The Supreme Court Thursday said the Mumbai blasts could have been averted if Mumbai police had prevented its personnel from conniving in the smuggling of arms, explosives, contraband and bribery in 1993.
"If Bombay police officials had been able to curtail the conveyance of the contraband in January and February 1993, the occurrence of the March 12, 1993, could have been avoided," the apex court bench of Justice P. Sathasivam and Justice B.S. Chauhan said in their judgment on cross-appeals by the convicted and Maharashtra government in the blast cases.
While upholding the death sentence of Yakub Abdul Razak Memon, the court commuted the death sentence of 10 others. The apex court also upheld the conviction of Bollywood actor Sanjay Dutt under the Arms Act in the terror attack and sent him to five years in prison.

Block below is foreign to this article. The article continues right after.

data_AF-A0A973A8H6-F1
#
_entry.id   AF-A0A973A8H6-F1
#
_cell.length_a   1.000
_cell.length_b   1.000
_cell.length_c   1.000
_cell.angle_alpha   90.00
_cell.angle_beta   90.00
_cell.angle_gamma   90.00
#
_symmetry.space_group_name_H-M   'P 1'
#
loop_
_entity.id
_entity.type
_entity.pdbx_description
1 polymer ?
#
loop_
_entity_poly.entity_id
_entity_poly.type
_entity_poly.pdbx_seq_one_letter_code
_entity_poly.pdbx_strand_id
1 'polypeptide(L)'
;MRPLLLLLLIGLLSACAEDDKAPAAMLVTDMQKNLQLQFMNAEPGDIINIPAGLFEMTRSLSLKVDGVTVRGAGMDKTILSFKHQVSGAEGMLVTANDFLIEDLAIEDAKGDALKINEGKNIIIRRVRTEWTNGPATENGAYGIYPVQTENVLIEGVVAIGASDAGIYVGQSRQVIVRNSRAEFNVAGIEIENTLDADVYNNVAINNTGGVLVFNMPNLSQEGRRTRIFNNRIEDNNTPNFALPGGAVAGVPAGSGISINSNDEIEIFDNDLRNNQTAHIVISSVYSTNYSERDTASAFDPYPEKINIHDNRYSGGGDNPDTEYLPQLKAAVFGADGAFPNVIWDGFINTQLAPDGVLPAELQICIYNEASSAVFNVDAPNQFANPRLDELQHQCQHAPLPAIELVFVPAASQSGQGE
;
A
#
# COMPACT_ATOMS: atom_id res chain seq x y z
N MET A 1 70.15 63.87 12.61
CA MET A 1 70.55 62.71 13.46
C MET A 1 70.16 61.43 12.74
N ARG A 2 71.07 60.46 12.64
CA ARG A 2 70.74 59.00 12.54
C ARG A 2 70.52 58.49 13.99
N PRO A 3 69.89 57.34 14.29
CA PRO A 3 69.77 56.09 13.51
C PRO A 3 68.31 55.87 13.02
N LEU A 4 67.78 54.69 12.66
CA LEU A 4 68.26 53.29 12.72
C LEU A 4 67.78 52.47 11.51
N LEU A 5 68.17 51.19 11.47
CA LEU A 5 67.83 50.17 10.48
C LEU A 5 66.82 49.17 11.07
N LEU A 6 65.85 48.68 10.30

Reminding Mumbai police of its duties and obligations, the court said: "Police officials are the foundation for the existence of the rule of law. If they collapse, the whole system breaks down. Hence, they have sensitive responsibility to defend the safety and security of the people at all times."
"Unfortunately, in the present case, police officers themselves had taken active part in smuggling and transportation of arms and explosives in Bombay," the court said.
Pointing out that the explosive devices could be "manufactured, transported, handled and fitted with a variety of unsuspecting objects multiplying their potential manifold", the court said that "police have a specific and special role, a duty and a responsibility, to curb the conveyance of explosives by vigilant patrolling and search and seizure, if required".
The court said that "Section 20 of the Arms Act, 1959, empowers them (police) to arrest persons conveying any arms or ammunitions under suspicious circumstances".